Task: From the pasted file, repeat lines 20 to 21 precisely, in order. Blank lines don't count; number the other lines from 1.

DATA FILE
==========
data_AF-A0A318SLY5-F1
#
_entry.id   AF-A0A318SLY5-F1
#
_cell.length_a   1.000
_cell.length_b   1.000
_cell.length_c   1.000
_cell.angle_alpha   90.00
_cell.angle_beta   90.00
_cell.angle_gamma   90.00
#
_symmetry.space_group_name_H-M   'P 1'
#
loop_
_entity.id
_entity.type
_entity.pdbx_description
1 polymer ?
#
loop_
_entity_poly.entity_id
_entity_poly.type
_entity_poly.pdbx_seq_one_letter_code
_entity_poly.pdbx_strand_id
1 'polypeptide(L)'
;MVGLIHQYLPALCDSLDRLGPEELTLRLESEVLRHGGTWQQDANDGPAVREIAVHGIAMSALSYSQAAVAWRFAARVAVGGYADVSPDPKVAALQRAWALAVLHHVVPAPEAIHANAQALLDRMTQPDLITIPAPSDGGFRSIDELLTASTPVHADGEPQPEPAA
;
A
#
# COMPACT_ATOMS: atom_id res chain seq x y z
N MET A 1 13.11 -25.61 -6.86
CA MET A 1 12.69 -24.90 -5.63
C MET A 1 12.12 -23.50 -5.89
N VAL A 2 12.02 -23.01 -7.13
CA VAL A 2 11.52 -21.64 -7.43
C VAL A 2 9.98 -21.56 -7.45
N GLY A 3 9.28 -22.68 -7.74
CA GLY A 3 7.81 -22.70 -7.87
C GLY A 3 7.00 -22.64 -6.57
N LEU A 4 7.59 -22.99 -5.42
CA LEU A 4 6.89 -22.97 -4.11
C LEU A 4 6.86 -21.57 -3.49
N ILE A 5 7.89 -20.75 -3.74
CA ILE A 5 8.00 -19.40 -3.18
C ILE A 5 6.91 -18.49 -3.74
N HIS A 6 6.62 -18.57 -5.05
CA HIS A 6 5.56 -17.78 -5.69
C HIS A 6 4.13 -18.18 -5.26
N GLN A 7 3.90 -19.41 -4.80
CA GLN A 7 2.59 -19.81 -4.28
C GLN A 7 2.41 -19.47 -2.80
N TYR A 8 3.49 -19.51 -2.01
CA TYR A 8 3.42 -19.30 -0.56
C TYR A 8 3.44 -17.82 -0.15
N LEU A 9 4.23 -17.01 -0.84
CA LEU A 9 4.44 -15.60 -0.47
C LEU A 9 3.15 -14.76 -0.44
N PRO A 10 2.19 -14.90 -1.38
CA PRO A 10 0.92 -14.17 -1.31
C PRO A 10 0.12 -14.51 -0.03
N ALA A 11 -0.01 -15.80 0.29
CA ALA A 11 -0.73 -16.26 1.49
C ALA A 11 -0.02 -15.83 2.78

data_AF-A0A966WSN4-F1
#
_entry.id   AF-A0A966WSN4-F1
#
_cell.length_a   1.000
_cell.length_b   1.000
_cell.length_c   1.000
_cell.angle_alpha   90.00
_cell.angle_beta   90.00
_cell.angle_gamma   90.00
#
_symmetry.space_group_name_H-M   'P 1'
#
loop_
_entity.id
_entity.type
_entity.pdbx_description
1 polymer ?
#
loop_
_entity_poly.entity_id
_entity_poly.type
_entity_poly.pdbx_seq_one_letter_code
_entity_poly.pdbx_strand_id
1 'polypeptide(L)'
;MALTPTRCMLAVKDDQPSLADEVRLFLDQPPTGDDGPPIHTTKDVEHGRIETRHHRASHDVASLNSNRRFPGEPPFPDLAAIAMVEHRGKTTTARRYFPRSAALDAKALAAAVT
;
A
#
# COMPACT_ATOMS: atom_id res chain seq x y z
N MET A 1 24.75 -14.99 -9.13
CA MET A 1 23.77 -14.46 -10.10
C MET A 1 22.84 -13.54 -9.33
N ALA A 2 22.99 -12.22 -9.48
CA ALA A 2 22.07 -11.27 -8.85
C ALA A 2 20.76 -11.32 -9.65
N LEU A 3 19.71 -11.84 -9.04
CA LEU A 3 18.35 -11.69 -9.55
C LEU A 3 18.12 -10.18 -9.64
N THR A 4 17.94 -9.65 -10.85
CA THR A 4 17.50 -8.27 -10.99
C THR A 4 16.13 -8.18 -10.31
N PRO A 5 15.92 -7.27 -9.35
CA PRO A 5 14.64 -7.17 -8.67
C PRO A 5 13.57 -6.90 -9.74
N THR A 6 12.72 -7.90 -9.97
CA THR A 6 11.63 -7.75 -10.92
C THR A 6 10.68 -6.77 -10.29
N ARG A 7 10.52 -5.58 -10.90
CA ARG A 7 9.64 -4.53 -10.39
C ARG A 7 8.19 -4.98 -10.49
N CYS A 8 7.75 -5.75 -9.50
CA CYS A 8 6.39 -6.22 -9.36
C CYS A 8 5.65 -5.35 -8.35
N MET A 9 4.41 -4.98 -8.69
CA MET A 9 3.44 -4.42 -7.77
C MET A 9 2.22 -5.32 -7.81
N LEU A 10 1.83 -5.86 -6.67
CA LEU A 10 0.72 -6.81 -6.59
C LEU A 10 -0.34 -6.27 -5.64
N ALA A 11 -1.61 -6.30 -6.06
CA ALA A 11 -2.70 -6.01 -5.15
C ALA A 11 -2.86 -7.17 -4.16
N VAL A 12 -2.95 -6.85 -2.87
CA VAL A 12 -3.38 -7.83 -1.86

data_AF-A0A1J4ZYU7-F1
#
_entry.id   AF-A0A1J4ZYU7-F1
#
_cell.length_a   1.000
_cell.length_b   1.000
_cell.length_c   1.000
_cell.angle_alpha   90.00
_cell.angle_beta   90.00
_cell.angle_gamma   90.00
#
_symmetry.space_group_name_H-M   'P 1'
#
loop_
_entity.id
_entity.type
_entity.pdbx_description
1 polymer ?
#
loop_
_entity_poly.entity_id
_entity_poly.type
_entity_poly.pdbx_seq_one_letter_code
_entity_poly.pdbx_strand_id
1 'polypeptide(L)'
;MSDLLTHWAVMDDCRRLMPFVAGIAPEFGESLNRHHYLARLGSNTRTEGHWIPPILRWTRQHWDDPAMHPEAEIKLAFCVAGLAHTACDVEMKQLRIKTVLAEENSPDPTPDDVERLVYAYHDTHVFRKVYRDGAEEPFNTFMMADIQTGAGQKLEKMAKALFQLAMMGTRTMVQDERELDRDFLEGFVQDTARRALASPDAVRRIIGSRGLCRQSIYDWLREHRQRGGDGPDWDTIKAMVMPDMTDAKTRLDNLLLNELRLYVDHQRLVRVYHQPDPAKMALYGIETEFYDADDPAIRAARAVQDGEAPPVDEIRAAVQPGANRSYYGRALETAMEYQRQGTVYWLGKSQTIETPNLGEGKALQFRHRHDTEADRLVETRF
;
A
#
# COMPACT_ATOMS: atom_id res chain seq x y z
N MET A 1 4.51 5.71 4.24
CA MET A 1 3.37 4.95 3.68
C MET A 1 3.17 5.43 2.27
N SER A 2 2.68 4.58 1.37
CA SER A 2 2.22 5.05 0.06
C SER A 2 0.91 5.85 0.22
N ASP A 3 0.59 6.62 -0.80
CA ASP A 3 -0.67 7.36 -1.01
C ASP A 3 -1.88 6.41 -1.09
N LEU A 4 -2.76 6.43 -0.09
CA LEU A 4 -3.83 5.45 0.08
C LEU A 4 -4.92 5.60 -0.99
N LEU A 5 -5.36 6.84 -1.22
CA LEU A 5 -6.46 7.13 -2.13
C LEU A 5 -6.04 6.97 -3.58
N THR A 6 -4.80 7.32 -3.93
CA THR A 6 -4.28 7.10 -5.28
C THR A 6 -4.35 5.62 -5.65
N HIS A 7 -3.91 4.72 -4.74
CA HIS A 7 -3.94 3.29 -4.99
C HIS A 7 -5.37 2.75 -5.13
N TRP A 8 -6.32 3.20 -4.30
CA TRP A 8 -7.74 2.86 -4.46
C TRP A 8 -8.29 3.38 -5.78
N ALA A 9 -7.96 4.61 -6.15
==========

loop_
_entity_poly.entity_id